Nayudu was born on 31st of October 1895 in Bara BadaNagpurto Cottari Surya Prakash Rao Nayudu son of Rai Bahadur Cottari Narayan Swamy Nayudu who is acknowledged as sixty eight Great Men of Bharatkhand, was a lawyer and landlord owning several villages and sizable chunk in Nagpur.Besides being a flourishing lawyer he was a pioneer member of All India National Congress party.he was affluent enough to send both his sons to England for further studies. His elder son Cottari Vekatramana Nayudu was married to Raja Prabhakar moorthy of Eluru and had no issue.The younger son Cottari Soorya Prakash Rao Nayudu had four other sons and two daughters, did his B.A. and M.A at Downing College, Cambridge University and was called to the bar, Middle Temple in 1891. He was acclaimed for his physical prowess and known as Hercules in Cambridge varsity Campus. He was Justice in High court of Holkar State for some years and functioned as Chief justice for some time. Maharaja Shivaji Rao Holkar was ruler in those days.The Maharajah had put in record that he had faith in only two persons- Sooya Prakash Rao being the first.KS. ranjitsinhji of Nawa Nagar who played for Sussex and England was contemporary of C SooryaPrakash rao nayudu while at Cambridge.[2]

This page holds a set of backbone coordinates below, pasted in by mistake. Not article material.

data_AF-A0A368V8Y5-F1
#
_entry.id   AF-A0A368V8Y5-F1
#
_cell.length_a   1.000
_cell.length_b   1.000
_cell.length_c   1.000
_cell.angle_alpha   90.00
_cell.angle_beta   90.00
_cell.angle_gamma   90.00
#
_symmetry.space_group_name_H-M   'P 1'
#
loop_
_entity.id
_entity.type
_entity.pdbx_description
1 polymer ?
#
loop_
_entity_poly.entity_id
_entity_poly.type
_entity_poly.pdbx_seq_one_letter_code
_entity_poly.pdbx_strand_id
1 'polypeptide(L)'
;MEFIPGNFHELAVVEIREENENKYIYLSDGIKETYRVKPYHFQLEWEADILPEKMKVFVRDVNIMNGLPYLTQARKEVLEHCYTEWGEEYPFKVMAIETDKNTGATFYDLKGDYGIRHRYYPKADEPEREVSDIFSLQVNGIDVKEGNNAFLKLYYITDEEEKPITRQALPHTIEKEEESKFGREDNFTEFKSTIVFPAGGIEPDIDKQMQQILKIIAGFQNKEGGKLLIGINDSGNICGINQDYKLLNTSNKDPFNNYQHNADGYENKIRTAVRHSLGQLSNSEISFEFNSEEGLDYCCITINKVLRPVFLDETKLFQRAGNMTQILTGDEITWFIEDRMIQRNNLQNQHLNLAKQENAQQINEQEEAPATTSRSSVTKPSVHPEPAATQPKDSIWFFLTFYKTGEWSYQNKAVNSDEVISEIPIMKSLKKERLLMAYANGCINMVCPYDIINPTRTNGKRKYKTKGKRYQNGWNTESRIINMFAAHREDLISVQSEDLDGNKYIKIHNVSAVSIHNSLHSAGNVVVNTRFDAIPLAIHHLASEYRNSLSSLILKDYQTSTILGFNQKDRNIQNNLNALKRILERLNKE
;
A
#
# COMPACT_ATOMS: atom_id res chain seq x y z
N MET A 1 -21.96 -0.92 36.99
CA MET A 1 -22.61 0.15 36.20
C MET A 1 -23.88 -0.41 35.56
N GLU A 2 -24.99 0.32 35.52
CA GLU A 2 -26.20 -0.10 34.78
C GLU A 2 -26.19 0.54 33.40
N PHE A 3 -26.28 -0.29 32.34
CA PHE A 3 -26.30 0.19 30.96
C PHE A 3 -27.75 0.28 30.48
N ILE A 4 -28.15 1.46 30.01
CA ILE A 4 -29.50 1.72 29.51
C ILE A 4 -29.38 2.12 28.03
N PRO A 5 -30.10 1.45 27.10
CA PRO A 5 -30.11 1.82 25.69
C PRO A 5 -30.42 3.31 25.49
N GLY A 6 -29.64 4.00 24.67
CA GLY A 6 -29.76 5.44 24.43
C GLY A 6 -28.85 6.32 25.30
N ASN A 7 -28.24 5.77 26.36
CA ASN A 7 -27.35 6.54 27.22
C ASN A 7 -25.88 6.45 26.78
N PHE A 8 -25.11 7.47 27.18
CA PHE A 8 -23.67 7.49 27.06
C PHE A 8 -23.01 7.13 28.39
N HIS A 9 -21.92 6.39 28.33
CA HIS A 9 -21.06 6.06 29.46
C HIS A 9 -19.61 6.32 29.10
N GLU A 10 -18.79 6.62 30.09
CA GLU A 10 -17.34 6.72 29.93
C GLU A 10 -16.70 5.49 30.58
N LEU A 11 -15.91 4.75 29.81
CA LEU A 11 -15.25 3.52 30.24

He was drafted in the school team at the age of seven, and showed promise for a bright future. He made his first class debut in 1916 in the Bombay Triangular. For the Hindus against the Europeans, he came in to bat at No.9 with his team tottering at 79 for 7. He blocked his fin six different decades. He made his last appearance in the Ranji Trophy in 1956-57, aged 62, scoring 52 in his last innings for Uttar Pradesh. Earlier in the season he had made 84 against Rajasthan, striking Vinoo Mankad for two sixes. His final outing was in a charity match in 1963-64, when he played for the Maharashtra Governor's XI against the Maharashtra Chief Minister's XI.[3]